March investment update
It was another tough month for investors after Russia’s invasion of Ukraine hit global markets. While the humanitarian impact can be profound, the impact of geopolitical shocks on markets has historically proven short-lived with long-term returns dependent on economic growth, corporate earnings and interest rates.
The past month has seen the brewing crisis in Ukraine come to the boil. Few can watch the images coming from Ukraine without rising horror, but as investors we have a duty to consider matters dispassionately and make balanced judgements about how to protect our clients’ assets during unsettled times.
Russia’s invasion has thrown a wrench into the gears of the global economic recovery from COVID-19, at least in the short term. It threatens to disrupt global energy supplies, resulting in a rise in oil and gas prices, which will hit Europe hard and potentially ripple out across the global economy. This comes on top of the decline in market sentiment already evident in January and February, prompted by soaring inflation rates and the prospect of monetary tightening from central banks.
Global markets tumble
The eruption of hostilities sent stocks tumbling across the board. The MSCI AC World Total Return index fell –2.3% in February and is down -7.1% over the year-to-date, in local currency terms. It was a particularly painful month for Europe, which is heavily dependent on Russia for energy supplies, although the EU has hurriedly put plans in place to reduce this reliance.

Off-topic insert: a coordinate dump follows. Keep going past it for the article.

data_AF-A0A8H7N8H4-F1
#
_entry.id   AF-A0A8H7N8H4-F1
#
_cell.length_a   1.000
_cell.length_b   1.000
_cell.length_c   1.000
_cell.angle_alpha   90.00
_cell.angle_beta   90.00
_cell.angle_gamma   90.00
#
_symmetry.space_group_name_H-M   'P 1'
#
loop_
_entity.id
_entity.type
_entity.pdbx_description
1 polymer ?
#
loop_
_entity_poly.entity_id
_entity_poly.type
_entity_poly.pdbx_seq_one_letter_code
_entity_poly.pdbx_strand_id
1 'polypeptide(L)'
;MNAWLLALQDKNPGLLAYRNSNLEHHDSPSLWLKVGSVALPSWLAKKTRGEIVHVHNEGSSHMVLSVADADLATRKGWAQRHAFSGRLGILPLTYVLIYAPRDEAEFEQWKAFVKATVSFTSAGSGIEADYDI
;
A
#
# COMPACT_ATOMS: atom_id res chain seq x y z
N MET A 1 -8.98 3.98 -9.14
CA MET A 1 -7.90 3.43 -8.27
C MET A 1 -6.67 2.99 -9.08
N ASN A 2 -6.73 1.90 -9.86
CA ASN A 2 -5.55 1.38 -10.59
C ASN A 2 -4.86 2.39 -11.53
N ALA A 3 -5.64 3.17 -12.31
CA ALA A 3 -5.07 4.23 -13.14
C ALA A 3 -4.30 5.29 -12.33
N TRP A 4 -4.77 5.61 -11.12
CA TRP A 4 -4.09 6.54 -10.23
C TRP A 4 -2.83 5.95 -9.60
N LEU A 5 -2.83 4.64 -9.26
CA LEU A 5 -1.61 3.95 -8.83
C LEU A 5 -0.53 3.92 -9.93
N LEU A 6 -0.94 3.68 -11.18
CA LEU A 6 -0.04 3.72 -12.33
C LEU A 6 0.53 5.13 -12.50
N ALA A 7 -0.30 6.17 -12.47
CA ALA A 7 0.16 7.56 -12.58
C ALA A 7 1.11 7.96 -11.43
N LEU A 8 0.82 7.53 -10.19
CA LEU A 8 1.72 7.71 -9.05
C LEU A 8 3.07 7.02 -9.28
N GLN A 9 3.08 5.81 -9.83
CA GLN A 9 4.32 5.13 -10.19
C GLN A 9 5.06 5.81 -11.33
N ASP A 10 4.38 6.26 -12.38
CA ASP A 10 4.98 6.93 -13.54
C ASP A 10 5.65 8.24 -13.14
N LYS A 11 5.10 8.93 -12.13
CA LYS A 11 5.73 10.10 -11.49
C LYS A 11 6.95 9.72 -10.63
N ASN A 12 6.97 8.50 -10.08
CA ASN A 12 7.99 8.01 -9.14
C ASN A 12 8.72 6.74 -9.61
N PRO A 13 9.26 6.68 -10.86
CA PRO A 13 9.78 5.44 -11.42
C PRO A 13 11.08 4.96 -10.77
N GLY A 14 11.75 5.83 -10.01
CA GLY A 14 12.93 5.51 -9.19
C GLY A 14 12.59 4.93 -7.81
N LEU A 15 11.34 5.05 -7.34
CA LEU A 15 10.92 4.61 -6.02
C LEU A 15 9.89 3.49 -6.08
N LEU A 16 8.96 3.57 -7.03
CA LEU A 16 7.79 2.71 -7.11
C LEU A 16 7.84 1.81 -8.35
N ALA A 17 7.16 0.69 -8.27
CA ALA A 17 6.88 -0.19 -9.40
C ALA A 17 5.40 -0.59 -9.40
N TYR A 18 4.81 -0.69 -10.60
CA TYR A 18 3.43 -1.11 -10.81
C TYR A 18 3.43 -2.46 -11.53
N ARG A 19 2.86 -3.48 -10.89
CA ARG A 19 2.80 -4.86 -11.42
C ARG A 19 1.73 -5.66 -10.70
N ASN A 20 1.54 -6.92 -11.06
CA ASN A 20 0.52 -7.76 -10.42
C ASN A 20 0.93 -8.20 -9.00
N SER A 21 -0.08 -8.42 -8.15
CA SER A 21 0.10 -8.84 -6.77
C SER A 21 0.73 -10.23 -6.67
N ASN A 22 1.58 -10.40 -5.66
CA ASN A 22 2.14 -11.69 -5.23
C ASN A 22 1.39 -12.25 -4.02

Our portfolios have no direct exposure to Russian assets and modest direct exposure to the domestic European economy, so are insulated from the worst impacts to some extent. However, we expect the military conflict to add to the current market-wide challenges and increase market volatility.
Market sentiment is changing rapidly as sanctions come on stream and political alliances take shape. Last year’s growth winners, such as tech, health care and consumer stocks, have struggled the most in 2022, and the last weeks of February saw a flight to safety, which benefited quality stocks, and the US in particular, at least on a relative basis.
As things stand, the prospects for global growth remain positive, but the invasion of Ukraine poses increased risks to that view.
- Russia is the world’s second-biggest exporter of crude oil (11% of world exports) and also one of the largest natural gas exporters. As a result, energy prices have spiked upwards over fears that sanctions on Russia could cause global energy supply disruptions and the price of Brent crude oil reached as high as $131 a barrel. Prices have dropped back since the UAE intervened with OPEC to urge oil producers to increase production but are likely to remain elevated while the crisis endures.
- Higher energy prices will add to inflationary pressures all through the supply chain, leaving consumers with less money to spend, putting a further dampener on economic activity. This puts central banks in a difficult position as they move to normalise the money supply without choking off the recovery.
The invasion of Ukraine has put more pressure on oil prices